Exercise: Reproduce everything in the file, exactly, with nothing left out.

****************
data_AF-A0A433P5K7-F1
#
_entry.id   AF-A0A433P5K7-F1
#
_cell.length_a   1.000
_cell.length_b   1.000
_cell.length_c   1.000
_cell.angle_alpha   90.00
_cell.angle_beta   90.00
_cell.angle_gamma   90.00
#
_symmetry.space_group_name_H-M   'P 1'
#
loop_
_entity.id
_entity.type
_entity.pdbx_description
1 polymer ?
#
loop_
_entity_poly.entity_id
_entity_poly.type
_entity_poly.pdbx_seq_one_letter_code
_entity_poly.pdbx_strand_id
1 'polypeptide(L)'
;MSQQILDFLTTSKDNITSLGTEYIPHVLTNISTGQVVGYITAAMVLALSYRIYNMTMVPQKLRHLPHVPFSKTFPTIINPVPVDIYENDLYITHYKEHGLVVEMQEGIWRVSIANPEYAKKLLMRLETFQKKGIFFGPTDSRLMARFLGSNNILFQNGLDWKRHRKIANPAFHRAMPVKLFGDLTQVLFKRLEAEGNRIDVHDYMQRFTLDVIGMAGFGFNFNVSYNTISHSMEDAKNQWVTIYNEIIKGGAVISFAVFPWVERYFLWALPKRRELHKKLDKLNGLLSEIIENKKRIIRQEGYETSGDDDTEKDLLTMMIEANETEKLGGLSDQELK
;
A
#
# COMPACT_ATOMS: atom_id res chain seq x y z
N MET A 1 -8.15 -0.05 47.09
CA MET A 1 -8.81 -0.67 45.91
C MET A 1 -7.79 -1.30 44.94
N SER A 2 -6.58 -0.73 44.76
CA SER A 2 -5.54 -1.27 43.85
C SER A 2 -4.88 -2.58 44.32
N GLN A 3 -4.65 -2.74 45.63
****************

data_AF-A0A433P5K7-F1
#
_entry.id   AF-A0A433P5K7-F1
#
_cell.length_a   1.000
_cell.length_b   1.000
_cell.length_c   1.000
_cell.angle_alpha   90.00
_cell.angle_beta   90.00
_cell.angle_gamma   90.00
#
_symmetry.space_group_name_H-M   'P 1'
#
loop_
_entity.id
_entity.type
_entity.pdbx_description
1 polymer ?
#
loop_
_entity_poly.entity_id
_entity_poly.type
_entity_poly.pdbx_seq_one_letter_code
_entity_poly.pdbx_strand_id
1 'polypeptide(L)'
;MSQQILDFLTTSKDNITSLGTEYIPHVLTNISTGQVVGYITAAMVLALSYRIYNMTMVPQKLRHLPHVPFSKTFPTIINPVPVDIYENDLYITHYKEHGLVVEMQEGIWRVSIANPEYAKKLLMRLETFQKKGIFFGPTDSRLMARFLGSNNILFQNGLDWKRHRKIANPAFHRAMPVKLFGDLTQVLFKRLEAEGNRIDVHDYMQRFTLDVIGMAGFGFNFNVSYNTISHSMEDAKNQWVTIYNEIIKGGAVISFAVFPWVERYFLWALPKRRELHKKLDKLNGLLSEIIENKKRIIRQEGYETSGDDDTEKDLLTMMIEANETEKLGGLSDQELK
;
A
#
# COMPACT_ATOMS: atom_id res chain seq x y z
N MET A 1 -8.15 -0.05 47.09
CA MET A 1 -8.81 -0.67 45.91
C MET A 1 -7.79 -1.30 44.94
N SER A 2 -6.58 -0.73 44.76
CA SER A 2 -5.54 -1.27 43.85
C SER A 2 -4.88 -2.58 44.32
N GLN A 3 -4.65 -2.74 45.63